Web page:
And, well, the Blue? Liberal audiences? Oh boy, that’s a whole depressing conversation, but the only people who still trust the mainstream news media are liberals, which poll after poll shows is the case. Additional data suggests liberals believe in the civic value of local news enough to pay for it. Markets shape journalism and journalists, and here is where we are: digital subscriptions are not for everyone, and the news produced is coming from journalists who have a white, largely culturally elite background — especially as it becomes more and more financially precarious to become a journalist.
Q: What are the implications for democracy?
A: So, there are lots of different ways to think about democracy. The cynic in me would like to point out that much of the kind of locally specific accountability journalism we worry about losing has been a historical anomaly, mainly present only in major cities at large news outlets as a post-Watergate phenomenon. So news equals democracy isn’t a historically accurate framing.
But journalism is more than just about information; it’s about creating a shared culture. That shared culture reflects the biases of its creators, but it’s important to have journalism to document the shared meaning and history of a place — and I worry so much about what happens when that is no longer present.
When we just have large national news organizations telling the stories about American life, and quality news is available only to those who will pay, we get a super-distorted version of democracy. You can have democracy — but it’s an elite democracy that serves the interests and information needs of elites, rather than journalism that facilitates the pluralistic multicultural democracy that we need.
Q: You and I talked about The Boston Globe’s success, one of a few exceptions to the overall decline of large regional newspapers. Do you think that’s because of committed local ownership — and could that be replicated elsewhere? Or is it simply a consequence of Boston being one of the last great news towns?
A: Boston is a great news town. Have they finally caught Whitey Bulger’s ghost, or are there other mobsters still lurking around in Southie? I had a blast as a Globe intern eons ago.
But in all seriousness, Boston has a lot of advantages that structurally predispose it to being a place where local news thrives: there is a large sector of wealthy, educated, liberal Americans who see the value of paying for news. Boston also has famously corrupt institutions, like the Catholic Church, and the value of exposing corruption is not lost on Boston area residents. Boston sports fans are rabid.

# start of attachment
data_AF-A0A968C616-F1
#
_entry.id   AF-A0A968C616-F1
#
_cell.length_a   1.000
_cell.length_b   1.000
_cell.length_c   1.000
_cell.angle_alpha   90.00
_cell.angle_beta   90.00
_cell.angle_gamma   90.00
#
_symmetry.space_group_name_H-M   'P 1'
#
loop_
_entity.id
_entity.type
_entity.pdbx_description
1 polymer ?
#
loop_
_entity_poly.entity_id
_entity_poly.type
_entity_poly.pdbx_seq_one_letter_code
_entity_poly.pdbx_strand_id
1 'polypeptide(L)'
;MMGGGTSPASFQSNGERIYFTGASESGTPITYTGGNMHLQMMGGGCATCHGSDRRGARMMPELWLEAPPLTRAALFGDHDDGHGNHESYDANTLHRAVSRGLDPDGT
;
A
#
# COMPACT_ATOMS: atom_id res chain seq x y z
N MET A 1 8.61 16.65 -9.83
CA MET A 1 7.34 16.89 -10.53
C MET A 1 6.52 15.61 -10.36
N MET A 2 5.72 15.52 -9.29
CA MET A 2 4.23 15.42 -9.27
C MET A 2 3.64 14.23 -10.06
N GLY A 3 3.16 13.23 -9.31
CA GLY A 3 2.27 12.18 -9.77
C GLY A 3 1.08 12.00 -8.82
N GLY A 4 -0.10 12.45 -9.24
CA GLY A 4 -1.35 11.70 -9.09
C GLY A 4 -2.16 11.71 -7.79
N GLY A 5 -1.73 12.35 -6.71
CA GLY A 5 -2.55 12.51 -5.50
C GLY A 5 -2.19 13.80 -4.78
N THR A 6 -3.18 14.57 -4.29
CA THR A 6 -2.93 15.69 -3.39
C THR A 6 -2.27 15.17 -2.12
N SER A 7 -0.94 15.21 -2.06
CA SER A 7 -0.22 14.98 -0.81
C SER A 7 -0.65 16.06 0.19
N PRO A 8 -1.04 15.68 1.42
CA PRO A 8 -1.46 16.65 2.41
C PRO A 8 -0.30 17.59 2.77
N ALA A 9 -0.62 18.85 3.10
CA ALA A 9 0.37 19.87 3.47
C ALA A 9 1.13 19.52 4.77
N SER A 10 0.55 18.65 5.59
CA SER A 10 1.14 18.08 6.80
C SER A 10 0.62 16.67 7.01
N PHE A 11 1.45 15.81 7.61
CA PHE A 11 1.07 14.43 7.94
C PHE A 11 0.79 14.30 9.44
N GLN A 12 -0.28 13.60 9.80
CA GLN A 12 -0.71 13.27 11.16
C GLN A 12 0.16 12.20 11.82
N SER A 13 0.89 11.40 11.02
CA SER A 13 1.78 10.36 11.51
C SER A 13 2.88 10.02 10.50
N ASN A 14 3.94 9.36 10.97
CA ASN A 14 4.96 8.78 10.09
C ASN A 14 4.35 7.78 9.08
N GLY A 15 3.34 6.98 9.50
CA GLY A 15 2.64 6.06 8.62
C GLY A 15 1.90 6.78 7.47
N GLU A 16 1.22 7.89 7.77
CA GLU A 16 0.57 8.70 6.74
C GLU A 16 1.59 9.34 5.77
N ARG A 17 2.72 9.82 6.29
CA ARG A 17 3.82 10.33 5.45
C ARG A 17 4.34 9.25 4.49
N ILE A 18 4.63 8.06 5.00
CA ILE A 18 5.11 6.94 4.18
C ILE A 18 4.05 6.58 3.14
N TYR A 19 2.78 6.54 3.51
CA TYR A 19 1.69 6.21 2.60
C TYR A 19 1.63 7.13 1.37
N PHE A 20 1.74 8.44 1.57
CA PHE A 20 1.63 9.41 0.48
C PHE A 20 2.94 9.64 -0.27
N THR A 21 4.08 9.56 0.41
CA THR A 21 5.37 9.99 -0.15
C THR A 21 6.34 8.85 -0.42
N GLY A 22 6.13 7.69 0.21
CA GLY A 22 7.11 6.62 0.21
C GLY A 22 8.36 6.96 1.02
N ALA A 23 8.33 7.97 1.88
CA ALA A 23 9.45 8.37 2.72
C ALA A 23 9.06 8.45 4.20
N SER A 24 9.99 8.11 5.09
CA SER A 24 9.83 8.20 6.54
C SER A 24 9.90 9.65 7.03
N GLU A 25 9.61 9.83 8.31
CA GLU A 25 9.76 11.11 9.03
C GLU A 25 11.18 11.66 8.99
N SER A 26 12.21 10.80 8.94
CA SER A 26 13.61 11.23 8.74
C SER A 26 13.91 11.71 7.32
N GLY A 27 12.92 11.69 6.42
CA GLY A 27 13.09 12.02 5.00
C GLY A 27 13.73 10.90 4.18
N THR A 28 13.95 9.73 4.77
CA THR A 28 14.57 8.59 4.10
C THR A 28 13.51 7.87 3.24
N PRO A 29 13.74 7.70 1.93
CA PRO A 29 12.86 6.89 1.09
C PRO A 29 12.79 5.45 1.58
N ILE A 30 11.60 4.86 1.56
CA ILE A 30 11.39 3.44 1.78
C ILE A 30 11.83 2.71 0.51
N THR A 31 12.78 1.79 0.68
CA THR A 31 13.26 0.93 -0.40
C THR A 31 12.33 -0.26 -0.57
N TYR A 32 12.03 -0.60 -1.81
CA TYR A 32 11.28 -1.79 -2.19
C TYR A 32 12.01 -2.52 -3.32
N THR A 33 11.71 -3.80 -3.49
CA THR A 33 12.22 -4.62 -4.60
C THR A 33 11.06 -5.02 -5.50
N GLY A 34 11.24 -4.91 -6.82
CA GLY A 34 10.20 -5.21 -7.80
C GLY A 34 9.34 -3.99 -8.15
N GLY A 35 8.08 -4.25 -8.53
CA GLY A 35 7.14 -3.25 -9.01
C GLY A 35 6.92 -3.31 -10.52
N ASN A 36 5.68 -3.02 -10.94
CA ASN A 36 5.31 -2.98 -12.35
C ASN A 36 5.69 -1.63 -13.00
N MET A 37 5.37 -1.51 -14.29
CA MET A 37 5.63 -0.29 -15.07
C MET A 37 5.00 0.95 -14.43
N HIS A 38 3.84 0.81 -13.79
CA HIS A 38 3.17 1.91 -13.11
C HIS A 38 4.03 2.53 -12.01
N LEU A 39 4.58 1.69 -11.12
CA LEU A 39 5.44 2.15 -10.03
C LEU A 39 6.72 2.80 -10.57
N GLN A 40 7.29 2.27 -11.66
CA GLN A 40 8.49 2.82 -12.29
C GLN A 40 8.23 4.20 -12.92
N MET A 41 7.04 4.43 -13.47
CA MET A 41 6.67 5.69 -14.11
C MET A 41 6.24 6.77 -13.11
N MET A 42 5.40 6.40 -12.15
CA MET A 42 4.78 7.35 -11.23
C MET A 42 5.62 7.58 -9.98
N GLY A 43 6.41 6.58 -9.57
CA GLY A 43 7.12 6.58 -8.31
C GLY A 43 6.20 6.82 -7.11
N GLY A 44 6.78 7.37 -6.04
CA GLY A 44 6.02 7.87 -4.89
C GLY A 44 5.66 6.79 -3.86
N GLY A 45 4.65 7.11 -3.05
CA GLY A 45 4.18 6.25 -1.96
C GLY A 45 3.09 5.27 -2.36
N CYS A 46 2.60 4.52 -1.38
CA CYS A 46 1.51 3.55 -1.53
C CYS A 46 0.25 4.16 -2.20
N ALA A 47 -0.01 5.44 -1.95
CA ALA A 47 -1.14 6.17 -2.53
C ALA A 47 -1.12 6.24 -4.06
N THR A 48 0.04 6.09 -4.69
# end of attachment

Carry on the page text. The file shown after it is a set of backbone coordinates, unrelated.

So yes, local ownership makes a huge difference. John Henry’s tolerance for loss is likely a little greater than some of the other billionaires investing in news, plus he’s really in the billionaire class. That gives the Globe a bit of a cushion that isn’t present elsewhere.
Q: Could a healthier media environment help overcome the political and cultural polarization that is tearing us apart? How?
A: How we define health reflects our normative and partisan bias about what constitutes a healthy news environment. For those who are on the far right, the present news environment, where conservative media now reaches deep into the trenches of American life, this is a golden time for a historical correction.
Before having this conversation, we need to remember that diagnoses of health, civility and incivility, and polarization can be turned into variables, but they are also in the eye of the beholder. Some data suggests that what is tearing us apart is not just our views but how we actually feel about people who are not like us. To overcome this, it might be helpful to have the press stop demonizing people who don’t act or behave the way you wish they would — at present, anti-vaxxers in rural America — and stop stereotyping historically marginalized communities that have long been harmed by problematic and extractive news coverage.
The seeds of our dysfunction are baked into the press, yes, but also, as I argue in the book, are part and parcel of the larger social, regional, structural and racial inequities that we have let grow.
Q: Choosing from among the possible solutions you outline at the end of your book, please identify one that you think would have the greatest impact.
A: Can I pick two? Antitrust breakup of Big Tech, which might restore some competition to the digital advertising market and undermine the monopoly over consumer data that advantages big tech companies.
The unlikely one? Having the Democratic Party or party donors start funding local news media directly, as the Republicans are already doing.